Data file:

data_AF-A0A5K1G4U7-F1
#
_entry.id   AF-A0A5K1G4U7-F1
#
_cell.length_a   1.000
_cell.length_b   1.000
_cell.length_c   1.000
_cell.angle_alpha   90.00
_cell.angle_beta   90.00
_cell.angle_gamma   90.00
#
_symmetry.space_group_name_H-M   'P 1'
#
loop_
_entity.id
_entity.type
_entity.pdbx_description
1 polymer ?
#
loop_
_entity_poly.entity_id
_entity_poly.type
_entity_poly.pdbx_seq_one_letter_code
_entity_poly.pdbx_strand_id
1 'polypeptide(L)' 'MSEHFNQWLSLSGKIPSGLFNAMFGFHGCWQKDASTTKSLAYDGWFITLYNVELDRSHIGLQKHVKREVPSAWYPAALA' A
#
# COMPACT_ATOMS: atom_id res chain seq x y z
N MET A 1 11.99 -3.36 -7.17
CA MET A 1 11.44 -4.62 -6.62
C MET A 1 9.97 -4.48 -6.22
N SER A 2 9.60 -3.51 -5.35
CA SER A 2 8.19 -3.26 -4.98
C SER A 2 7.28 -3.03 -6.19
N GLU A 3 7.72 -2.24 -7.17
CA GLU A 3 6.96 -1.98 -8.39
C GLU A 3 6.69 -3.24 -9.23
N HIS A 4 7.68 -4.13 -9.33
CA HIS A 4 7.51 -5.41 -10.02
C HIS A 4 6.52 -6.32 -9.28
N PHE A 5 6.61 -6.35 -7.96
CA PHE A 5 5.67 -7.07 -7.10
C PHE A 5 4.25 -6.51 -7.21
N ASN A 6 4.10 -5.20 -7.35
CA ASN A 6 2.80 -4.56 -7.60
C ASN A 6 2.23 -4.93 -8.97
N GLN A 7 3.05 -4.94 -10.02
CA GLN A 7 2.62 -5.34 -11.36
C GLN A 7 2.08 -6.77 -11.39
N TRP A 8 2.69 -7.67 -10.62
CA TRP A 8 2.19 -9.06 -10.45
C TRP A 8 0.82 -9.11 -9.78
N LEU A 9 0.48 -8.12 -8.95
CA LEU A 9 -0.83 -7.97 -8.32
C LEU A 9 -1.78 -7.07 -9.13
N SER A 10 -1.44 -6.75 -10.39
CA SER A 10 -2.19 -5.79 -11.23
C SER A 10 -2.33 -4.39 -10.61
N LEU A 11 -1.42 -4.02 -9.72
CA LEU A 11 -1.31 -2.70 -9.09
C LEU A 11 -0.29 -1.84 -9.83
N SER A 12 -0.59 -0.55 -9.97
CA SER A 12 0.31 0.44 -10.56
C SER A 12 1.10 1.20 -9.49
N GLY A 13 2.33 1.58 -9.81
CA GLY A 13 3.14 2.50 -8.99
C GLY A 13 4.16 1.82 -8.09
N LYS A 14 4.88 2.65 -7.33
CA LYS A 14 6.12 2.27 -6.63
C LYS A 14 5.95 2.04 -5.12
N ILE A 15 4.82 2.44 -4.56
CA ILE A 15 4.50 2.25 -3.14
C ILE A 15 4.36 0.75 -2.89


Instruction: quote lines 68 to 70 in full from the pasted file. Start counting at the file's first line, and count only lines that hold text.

CA LYS A 14 6.12 2.27 -6.63
C LYS A 14 5.95 2.04 -5.12
N ILE A 15 4.82 2.44 -4.56